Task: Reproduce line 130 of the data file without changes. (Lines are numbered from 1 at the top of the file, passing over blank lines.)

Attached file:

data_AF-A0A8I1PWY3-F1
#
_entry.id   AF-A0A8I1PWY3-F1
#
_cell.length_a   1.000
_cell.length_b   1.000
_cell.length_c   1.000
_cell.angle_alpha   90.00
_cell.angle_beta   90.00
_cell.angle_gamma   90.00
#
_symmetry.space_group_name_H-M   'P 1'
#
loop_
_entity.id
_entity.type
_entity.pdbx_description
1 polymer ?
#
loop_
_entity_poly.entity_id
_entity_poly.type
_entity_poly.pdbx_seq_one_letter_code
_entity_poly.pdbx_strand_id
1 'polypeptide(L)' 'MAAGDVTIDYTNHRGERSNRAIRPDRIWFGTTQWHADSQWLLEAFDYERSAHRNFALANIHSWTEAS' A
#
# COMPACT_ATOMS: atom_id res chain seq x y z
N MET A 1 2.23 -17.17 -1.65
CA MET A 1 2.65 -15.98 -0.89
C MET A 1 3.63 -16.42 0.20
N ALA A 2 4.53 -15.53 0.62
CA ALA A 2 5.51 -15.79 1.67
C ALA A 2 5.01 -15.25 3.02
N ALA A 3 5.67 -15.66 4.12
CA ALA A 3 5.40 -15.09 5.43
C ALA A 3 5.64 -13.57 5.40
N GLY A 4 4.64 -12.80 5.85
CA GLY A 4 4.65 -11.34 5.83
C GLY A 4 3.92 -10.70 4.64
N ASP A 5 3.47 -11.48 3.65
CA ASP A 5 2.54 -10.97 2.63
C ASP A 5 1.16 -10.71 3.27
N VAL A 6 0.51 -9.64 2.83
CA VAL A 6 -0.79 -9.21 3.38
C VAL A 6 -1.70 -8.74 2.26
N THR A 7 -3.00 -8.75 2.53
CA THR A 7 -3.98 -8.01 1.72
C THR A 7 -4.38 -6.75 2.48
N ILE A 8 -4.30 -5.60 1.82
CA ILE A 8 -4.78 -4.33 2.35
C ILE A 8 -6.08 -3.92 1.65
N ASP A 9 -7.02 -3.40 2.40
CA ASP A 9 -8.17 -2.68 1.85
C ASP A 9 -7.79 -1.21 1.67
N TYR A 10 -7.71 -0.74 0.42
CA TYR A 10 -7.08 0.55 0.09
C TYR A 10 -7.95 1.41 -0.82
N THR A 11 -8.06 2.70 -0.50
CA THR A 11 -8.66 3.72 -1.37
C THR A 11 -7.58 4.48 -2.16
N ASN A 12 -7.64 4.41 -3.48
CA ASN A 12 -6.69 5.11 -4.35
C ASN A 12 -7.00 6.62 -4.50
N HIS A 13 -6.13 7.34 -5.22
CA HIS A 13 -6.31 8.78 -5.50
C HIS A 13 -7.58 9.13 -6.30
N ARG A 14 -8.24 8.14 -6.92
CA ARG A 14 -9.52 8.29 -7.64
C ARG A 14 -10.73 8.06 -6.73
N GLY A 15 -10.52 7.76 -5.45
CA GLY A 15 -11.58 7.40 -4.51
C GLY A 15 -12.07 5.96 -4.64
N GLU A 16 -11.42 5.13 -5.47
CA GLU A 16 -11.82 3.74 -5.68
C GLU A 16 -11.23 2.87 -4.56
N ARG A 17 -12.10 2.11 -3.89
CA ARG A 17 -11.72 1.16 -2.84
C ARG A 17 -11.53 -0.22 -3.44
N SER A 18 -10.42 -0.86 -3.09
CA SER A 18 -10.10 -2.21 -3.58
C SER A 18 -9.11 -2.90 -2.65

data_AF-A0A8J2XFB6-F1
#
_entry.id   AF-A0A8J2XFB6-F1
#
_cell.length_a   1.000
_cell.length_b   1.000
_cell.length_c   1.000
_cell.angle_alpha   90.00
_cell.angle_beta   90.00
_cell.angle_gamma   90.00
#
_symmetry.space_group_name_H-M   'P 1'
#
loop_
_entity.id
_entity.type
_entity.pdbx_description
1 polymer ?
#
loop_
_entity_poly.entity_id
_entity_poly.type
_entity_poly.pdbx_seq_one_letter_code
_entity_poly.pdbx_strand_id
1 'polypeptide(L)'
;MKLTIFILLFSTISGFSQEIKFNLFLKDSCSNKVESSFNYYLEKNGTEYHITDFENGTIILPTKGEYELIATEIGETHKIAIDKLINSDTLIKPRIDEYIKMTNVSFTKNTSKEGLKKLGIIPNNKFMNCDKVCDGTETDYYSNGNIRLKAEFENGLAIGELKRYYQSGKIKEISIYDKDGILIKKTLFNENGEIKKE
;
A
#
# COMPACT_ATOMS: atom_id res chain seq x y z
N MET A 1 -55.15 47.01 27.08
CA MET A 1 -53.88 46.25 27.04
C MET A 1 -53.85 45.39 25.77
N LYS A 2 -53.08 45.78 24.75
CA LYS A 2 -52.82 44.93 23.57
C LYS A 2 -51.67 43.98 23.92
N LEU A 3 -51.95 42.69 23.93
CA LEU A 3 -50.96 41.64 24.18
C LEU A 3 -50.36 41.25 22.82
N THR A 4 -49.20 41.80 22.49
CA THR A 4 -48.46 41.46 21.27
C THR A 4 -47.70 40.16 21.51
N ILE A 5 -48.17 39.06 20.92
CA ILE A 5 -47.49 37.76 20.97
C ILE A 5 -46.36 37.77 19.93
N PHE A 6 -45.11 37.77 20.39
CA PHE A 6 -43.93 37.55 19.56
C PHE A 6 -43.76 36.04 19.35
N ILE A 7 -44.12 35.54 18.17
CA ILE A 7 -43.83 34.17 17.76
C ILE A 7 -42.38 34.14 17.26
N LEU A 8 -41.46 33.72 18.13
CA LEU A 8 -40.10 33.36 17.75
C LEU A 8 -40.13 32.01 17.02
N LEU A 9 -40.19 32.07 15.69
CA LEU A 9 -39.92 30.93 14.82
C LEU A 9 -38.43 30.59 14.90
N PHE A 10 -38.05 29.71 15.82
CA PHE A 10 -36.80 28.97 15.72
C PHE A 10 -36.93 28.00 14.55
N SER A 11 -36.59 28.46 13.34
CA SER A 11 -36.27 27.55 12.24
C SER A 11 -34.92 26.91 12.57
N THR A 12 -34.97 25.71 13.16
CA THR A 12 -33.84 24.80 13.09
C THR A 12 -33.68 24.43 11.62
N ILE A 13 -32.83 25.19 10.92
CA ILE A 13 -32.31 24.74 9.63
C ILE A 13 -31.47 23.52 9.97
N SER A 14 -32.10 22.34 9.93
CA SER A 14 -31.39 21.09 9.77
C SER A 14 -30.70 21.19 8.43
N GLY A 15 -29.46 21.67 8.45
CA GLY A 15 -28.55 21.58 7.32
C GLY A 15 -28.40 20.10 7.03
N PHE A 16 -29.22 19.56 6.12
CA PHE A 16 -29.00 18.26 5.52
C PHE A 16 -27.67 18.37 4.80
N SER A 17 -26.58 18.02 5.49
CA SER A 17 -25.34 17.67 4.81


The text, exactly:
N ILE A 7 -44.12 35.54 18.17